A Month at the Melrose Diner
BUT IT’S NOT SO SIMPLE. One Sunday night I leave the Melrose and drive slowly down East Passyunk—the narrow, well-swept one-ways glowing with Christmas lights strung here and there. But then, as I pull around on Broad, it’s as dark and dismal and filthy as the early scenes in Rocky.
The lives here, I realize, are just as edgy and chaotic as Rocky Balboa’s. Consider Joey. He’s had a tough life, and contributed to it by getting busted for marijuana and, now, routinely getting high and drunk. “I do stay heavily medicated, to get through,” he says. “Straight up, it is hard to deal with everything.”
It turns out that Nick, too, got caught in a maelstrom of off-the-wall drama. He was homeless for two weeks after a dustup with his brother and his brother’s roommate; Nick was living with them while an apartment in the same building got cleaned up for him to rent. This roommate was the conduit to the landlord, and he took deposit money from Nick in installments, except he was pocketing some of the money, which got Nick in trouble with the landlord. …
Shit happens. People get beaten down—though Joey and Nick don’t come off that way. They’re not bitter or angry. You get dealt a hand, you play it.
There is another path. We can all see it. Get an education. Learn a marketable skill. Work at it. Except it often doesn’t happen that way. A long time ago, the world opened up. Nick never finished high school but went off to Atlantic City. Met two girls, flew to Bulgaria—a place his family had trouble even imagining. He walked down the main street of a small city in Eastern Europe carrying a loaf of bread under his arm—for a moment, the world was his oyster.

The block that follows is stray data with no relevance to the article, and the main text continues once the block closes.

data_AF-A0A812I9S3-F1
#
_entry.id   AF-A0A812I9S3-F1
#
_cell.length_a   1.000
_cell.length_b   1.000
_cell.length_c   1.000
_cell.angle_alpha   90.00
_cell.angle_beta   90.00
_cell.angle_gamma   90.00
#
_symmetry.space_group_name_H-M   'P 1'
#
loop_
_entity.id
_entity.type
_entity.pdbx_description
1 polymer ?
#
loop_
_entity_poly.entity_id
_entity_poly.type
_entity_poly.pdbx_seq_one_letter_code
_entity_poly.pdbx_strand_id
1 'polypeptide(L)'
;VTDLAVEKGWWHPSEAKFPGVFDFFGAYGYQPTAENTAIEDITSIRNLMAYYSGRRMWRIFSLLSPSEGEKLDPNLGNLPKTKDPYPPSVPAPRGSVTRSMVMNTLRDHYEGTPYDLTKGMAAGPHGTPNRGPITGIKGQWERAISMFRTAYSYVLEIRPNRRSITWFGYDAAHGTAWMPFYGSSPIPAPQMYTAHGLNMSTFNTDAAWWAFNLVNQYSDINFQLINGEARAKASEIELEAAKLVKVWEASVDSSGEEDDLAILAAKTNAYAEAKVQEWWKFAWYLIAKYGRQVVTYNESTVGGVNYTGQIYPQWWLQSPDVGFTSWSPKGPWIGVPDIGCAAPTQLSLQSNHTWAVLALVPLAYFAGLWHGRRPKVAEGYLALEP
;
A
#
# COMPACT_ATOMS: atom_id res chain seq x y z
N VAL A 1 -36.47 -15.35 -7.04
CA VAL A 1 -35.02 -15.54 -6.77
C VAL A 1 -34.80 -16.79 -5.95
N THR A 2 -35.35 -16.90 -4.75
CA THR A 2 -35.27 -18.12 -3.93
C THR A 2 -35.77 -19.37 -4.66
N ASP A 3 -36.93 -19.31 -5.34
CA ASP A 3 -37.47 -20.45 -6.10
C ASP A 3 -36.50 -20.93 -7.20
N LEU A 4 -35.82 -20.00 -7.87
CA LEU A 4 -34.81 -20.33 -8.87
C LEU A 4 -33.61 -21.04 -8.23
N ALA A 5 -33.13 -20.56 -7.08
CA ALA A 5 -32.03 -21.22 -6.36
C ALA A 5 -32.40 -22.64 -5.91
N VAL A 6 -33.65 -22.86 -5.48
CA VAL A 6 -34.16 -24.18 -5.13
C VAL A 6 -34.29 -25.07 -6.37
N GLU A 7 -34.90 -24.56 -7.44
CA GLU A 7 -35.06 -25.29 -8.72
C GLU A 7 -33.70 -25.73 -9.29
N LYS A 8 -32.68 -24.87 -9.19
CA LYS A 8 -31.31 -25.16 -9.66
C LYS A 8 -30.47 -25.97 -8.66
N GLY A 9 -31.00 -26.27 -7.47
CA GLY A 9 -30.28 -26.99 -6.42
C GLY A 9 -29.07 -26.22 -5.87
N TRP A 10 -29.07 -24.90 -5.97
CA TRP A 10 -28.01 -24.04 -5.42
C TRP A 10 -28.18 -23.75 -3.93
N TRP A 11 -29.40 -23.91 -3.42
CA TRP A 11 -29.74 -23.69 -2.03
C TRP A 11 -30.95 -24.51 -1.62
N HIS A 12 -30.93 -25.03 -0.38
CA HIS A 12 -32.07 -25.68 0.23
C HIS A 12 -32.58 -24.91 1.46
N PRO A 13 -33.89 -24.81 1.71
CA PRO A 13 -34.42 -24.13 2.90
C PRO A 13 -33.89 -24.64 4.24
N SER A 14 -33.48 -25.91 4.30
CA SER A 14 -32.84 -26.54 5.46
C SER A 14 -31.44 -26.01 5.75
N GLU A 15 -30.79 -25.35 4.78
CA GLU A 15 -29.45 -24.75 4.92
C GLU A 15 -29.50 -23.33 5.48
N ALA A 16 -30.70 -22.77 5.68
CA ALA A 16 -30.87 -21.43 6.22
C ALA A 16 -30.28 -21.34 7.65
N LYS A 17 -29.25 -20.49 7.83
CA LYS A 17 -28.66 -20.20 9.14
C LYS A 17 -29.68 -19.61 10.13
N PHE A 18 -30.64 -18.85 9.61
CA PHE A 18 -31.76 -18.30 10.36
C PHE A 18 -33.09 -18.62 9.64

He had the freedom to go anywhere, and to become anything. But that’s not Nick’s reality, at least not how he sees it.
The track is looking a lot narrower—get an education, or else. But college is too big a mountain to climb for Nick at 32. Besides, you need a master’s, maybe even a doctorate now, he says. And even then you might not get a job. The divide has become much wider, between winners and losers.
The failure of imagination might be his, but it is ours, too. Nick is certainly willing, but he can’t find a place, in this lousy economy, to take his energy and spirit. When I tell Jack Morley about Nick’s dilemma, Jack nails something: “Half a century ago, there were plenty of jobs for people like him.” Stetson Hat, for example, one of scores of great Philly specialty companies that have left or gone under in the past 50 years, might have snapped him up. If only he had come of age then, when South Philly’s cohesive web of neighbors looked out for each other … Because it’s easy to imagine a Stetson manager living down the street realizing how good Nick would be at hawking felt hats all over the tri-state area. Or beyond. Hire him!
Not now. There is no Stetson, and no neighborhood web, and no place for Nick. Jack Morley and others may be right that getting an education is key, but if that’s the one-size-fits-all path to success we’ve created, we’ve consigned a whole lot of talent to truncated lives. These days, the American Dream is looking pretty straight and narrow, and I think that’s a problem much broader than South Philly. Because we all know that talent often comes in strange packages, and might need a little breathing room.
Nick, meanwhile, doesn’t think much about all that. He spins his tray and carries on. Hey, in his world, things have been falling apart for half a century.